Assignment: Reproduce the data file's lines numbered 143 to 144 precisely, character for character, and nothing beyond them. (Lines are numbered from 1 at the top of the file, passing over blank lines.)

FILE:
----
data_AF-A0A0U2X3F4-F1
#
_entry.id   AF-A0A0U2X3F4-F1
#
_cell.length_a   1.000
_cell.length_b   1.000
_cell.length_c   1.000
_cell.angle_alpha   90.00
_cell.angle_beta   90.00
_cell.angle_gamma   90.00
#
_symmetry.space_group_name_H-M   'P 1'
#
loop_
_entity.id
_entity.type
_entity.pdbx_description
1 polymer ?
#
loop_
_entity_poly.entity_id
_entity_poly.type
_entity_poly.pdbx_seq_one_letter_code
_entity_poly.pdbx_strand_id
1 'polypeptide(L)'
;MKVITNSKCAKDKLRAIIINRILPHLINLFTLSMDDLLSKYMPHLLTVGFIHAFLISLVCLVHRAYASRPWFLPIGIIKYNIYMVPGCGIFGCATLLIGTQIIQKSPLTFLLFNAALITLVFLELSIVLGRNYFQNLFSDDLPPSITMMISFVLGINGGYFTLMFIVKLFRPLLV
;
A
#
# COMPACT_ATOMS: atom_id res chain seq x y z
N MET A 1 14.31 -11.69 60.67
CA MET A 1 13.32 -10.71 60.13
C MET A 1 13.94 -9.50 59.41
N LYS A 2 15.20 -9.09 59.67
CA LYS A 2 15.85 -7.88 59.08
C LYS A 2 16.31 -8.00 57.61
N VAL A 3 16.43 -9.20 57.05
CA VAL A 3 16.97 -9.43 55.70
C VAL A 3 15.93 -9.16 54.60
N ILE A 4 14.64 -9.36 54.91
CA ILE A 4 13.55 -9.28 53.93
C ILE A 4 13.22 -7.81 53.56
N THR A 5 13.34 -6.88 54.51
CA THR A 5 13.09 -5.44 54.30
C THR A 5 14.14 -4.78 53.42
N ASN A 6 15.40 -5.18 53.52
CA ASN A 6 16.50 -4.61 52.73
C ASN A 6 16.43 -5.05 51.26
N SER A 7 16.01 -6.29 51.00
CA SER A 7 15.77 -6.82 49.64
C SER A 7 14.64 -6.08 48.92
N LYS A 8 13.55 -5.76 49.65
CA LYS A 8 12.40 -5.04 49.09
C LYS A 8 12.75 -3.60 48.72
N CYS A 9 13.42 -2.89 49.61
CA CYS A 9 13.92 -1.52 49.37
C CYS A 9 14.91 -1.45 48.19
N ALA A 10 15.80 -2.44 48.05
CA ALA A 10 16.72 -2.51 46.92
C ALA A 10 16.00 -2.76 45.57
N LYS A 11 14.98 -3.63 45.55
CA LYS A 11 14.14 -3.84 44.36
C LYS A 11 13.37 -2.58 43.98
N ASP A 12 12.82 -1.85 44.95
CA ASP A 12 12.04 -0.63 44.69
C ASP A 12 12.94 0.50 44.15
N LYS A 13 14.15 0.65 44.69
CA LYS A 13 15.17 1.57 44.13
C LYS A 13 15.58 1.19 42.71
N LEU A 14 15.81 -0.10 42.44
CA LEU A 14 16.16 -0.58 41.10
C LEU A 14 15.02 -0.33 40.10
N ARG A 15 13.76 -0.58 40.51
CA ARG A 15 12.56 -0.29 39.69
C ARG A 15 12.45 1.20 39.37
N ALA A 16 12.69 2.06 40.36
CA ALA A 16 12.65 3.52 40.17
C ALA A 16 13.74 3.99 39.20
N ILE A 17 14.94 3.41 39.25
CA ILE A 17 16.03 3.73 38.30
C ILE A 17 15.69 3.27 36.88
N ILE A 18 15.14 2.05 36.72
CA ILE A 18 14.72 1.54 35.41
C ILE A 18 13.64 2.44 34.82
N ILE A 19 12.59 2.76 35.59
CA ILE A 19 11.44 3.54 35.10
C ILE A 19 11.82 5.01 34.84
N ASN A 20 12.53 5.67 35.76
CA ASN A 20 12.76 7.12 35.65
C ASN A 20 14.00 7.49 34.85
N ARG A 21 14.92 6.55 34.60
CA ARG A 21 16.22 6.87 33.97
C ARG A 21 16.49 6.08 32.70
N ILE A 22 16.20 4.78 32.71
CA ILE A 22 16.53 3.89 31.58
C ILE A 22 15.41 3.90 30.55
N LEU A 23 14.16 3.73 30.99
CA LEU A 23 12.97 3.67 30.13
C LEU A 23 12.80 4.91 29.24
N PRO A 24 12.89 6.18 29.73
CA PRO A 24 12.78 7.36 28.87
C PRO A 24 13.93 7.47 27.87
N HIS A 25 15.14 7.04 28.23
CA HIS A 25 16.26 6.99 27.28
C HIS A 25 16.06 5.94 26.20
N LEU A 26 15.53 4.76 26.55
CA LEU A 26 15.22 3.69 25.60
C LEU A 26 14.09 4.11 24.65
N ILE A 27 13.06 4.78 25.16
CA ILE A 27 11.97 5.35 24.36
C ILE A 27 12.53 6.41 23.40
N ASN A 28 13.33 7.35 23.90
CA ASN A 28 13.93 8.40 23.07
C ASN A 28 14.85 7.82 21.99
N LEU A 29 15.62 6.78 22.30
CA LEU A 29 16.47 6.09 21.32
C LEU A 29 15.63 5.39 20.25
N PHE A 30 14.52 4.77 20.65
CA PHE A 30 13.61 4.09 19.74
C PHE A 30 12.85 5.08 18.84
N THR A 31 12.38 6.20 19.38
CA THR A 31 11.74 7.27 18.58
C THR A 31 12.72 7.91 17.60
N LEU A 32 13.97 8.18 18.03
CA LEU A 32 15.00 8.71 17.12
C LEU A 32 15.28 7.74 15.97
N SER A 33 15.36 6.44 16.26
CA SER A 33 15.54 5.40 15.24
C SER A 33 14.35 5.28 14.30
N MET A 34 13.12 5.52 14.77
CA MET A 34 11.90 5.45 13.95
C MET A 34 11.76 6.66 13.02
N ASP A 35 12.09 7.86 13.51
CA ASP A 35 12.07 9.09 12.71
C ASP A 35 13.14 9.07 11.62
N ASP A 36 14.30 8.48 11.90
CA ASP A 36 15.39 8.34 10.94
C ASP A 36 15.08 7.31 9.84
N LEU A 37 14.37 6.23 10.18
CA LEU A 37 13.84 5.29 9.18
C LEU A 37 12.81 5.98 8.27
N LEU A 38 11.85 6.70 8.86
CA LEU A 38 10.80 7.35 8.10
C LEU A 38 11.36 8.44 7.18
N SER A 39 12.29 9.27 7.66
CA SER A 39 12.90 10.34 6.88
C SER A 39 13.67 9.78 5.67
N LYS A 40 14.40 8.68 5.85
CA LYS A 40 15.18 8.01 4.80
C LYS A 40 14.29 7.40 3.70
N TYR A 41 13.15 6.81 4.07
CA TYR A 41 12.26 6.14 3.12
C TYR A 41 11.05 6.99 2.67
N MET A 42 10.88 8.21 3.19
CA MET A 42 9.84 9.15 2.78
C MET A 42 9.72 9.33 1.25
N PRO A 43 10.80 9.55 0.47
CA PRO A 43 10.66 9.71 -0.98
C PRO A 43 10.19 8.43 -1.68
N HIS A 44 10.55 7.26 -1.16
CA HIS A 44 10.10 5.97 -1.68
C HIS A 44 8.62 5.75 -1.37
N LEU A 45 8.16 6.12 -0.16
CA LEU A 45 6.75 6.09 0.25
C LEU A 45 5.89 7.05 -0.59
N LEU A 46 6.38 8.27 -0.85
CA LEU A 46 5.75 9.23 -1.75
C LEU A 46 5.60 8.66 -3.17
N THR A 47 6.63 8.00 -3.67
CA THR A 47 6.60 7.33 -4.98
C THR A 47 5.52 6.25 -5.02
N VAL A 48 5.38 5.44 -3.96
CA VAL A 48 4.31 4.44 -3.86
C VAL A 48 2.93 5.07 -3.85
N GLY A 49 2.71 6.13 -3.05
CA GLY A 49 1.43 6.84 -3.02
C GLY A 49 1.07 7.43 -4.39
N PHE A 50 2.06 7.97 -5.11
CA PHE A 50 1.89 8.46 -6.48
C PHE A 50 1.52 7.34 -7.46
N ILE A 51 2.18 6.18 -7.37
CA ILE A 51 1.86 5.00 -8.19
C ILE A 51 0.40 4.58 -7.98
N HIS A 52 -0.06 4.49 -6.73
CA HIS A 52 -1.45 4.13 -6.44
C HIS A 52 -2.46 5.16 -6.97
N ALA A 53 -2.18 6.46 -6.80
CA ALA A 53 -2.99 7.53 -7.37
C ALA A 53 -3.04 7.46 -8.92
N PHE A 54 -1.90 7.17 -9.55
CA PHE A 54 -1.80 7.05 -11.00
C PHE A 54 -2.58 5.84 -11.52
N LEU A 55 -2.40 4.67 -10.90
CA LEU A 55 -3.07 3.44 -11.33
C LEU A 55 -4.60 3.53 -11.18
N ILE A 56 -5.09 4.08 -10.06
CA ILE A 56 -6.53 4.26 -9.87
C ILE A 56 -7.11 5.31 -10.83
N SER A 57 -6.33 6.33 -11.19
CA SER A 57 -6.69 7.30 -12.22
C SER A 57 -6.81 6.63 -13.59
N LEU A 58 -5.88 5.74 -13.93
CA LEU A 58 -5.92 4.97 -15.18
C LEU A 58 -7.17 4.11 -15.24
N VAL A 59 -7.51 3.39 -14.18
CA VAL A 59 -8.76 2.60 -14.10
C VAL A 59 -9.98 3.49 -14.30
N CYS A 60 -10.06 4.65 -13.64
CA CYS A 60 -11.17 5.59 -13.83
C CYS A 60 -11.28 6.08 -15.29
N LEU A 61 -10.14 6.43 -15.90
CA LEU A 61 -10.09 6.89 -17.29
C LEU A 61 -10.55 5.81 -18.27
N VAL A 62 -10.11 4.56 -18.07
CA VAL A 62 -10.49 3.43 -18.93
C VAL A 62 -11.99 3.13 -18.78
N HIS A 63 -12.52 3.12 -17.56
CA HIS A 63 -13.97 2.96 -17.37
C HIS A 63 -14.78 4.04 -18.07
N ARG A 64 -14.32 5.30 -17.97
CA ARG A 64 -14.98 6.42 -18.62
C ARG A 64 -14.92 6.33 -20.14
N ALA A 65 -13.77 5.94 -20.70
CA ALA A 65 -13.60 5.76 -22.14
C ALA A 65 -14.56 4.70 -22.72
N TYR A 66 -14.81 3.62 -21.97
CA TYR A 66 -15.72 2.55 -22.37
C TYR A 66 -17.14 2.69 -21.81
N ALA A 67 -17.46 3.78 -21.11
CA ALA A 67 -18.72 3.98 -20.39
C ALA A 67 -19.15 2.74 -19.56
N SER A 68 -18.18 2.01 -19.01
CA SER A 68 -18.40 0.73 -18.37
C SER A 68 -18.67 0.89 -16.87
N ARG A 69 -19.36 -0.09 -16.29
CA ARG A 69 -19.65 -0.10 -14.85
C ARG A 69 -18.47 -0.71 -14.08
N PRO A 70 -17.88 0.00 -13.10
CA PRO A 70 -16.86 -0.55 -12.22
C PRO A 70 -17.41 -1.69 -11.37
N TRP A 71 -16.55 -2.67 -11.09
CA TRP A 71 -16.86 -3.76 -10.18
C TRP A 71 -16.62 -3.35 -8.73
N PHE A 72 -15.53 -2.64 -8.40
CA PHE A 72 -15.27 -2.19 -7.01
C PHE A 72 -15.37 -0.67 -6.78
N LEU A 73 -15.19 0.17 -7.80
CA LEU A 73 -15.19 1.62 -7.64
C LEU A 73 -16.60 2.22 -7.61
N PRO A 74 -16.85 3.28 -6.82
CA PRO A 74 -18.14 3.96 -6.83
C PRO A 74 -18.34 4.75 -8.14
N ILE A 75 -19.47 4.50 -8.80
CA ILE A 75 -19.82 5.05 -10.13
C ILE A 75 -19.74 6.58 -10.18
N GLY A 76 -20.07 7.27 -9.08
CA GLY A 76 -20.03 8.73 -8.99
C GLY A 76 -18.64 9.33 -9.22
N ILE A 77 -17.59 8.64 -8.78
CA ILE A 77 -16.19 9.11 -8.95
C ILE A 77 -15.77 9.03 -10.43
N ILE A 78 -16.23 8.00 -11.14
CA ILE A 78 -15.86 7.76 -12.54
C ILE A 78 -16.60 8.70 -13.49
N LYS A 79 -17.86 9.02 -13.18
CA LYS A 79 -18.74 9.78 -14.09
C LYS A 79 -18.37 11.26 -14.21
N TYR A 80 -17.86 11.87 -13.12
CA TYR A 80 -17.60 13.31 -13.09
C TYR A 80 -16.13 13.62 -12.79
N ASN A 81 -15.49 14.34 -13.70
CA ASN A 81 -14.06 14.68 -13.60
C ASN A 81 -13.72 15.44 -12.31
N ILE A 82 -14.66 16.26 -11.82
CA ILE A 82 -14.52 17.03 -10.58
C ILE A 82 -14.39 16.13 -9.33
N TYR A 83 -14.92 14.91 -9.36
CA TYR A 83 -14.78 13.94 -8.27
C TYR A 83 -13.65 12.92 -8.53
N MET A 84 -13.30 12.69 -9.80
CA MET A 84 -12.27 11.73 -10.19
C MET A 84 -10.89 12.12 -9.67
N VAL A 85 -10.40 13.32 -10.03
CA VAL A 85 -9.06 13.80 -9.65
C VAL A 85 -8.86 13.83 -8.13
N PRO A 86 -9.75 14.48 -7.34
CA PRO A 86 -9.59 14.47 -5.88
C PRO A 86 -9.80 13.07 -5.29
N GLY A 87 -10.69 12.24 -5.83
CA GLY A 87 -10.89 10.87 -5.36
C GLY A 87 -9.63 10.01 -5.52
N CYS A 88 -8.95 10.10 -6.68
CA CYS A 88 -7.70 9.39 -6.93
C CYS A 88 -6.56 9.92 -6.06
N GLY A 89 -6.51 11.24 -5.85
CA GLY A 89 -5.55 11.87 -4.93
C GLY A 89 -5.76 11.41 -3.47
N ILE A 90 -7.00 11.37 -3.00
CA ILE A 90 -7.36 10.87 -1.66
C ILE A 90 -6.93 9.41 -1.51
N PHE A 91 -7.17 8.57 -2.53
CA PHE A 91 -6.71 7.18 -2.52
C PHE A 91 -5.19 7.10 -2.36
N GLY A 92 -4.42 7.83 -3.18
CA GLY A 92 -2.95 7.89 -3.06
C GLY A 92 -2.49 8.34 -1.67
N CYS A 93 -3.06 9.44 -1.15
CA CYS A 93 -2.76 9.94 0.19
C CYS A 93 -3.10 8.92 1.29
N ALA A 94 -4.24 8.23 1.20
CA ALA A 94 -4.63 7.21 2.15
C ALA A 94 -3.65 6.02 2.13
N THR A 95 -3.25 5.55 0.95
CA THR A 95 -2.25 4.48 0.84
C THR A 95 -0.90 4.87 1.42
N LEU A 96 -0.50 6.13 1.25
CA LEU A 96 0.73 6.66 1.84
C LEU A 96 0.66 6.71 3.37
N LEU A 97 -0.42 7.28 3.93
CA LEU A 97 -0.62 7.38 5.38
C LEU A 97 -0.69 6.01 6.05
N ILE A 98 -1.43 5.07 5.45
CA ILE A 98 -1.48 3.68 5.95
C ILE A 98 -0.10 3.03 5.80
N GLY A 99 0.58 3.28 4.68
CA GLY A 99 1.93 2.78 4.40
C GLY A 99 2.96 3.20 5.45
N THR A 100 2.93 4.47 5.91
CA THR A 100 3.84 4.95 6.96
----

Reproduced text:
CA LEU A 38 10.80 7.35 8.10
C LEU A 38 11.36 8.44 7.18